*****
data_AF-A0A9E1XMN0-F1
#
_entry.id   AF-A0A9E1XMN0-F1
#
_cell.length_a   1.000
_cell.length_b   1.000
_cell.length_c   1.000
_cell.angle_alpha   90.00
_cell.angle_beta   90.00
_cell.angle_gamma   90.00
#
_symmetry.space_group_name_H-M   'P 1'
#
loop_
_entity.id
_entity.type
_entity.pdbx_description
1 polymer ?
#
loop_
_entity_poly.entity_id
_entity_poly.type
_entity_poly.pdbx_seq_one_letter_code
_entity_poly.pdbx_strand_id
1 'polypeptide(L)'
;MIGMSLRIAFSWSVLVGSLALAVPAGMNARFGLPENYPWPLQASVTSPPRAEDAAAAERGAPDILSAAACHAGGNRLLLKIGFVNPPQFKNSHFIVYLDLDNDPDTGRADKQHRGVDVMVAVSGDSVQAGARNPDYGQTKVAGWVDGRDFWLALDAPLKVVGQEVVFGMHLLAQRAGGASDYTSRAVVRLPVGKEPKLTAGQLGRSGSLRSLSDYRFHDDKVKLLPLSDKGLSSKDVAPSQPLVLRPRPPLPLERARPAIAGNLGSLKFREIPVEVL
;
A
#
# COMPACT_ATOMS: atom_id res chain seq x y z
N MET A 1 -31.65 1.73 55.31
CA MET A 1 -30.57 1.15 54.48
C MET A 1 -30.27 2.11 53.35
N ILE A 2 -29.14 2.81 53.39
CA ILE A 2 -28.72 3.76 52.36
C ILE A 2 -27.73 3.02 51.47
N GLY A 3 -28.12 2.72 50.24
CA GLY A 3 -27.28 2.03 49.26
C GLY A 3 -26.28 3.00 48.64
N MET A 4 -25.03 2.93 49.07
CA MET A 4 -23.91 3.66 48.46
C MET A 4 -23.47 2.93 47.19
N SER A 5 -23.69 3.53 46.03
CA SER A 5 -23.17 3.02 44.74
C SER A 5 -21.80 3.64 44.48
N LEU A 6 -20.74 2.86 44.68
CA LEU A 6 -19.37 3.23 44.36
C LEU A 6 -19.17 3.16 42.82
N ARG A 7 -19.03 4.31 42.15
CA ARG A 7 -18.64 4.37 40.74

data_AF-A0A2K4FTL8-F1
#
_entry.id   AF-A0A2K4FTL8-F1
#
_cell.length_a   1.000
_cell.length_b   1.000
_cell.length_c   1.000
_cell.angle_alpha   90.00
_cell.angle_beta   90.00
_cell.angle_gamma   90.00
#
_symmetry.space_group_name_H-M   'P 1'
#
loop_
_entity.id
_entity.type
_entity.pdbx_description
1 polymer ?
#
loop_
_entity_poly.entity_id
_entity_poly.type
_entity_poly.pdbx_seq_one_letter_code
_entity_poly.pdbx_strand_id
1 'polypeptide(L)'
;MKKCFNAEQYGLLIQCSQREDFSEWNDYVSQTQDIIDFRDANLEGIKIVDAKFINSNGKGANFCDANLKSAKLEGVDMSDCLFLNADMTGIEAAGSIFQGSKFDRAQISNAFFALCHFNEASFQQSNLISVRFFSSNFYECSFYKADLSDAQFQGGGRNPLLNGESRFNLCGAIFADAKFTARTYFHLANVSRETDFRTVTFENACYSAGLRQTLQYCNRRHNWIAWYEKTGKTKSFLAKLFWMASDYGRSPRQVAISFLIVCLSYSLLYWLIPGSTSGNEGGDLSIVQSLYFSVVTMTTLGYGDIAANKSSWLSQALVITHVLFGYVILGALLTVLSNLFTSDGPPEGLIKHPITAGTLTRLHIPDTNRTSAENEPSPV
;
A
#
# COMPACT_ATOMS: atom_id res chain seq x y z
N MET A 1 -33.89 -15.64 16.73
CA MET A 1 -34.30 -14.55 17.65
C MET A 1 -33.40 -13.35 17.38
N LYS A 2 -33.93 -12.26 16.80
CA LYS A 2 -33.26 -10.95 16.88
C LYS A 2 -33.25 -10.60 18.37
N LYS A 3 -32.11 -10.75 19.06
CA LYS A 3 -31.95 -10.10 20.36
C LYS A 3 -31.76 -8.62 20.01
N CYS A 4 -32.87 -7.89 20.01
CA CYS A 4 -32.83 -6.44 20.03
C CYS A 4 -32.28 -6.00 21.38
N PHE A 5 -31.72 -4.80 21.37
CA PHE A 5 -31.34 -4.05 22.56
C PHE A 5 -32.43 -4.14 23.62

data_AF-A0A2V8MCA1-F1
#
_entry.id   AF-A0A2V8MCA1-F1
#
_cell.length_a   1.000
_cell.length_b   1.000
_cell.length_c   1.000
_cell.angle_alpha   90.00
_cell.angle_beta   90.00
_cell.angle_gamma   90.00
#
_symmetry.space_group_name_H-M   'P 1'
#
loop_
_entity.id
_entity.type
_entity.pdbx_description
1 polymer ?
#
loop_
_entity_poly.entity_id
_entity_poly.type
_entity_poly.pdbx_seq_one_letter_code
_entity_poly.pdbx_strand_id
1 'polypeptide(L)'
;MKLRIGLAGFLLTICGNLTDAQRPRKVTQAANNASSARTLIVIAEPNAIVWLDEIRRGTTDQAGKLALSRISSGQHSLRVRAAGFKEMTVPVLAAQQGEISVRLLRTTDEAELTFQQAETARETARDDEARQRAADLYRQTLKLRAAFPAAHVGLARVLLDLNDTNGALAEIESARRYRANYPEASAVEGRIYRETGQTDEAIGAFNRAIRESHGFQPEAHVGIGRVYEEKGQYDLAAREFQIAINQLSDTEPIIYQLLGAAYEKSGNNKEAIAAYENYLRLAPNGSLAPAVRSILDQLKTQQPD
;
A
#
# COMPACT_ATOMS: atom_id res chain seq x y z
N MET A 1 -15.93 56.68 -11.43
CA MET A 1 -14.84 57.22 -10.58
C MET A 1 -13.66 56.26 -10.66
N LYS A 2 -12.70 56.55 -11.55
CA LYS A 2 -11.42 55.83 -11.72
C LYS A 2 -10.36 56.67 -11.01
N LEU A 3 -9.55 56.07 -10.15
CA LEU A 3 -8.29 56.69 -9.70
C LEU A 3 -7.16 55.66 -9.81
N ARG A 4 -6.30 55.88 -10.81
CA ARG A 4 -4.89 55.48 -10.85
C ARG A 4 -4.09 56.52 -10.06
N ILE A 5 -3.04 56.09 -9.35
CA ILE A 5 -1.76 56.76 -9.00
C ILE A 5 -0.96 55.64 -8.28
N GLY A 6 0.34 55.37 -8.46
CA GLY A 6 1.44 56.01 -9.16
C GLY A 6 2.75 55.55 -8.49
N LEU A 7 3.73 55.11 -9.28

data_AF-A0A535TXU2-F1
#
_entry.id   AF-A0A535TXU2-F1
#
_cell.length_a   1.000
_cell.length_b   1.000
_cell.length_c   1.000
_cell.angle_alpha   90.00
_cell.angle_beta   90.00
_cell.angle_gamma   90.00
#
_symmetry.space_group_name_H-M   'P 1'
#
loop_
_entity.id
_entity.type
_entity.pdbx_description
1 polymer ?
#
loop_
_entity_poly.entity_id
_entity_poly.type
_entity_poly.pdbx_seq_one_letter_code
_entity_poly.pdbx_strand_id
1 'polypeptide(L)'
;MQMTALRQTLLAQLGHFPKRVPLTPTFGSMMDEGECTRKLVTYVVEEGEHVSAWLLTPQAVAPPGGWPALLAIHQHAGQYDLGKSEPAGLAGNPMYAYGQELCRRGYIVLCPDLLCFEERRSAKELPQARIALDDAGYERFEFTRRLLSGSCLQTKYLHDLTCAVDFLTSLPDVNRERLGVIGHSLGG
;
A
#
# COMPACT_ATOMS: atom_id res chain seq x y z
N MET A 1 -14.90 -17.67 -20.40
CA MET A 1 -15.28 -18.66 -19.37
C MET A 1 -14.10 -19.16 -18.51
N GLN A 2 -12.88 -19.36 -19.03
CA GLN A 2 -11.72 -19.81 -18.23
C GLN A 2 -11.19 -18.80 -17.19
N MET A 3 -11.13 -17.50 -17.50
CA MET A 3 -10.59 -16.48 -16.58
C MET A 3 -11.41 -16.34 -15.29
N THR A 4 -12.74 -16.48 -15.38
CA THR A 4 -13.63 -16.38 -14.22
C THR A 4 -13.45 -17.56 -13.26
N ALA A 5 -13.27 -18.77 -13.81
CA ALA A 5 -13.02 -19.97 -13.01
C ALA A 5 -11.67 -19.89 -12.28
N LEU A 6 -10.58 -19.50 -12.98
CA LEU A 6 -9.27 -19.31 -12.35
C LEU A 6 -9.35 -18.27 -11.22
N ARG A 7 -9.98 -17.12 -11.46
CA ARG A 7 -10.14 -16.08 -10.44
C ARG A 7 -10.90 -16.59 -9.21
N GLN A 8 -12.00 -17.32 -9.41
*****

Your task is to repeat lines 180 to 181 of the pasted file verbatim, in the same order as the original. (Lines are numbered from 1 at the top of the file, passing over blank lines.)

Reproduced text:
C GLN A 2 -11.19 -18.80 -17.19
N MET A 3 -11.13 -17.50 -17.50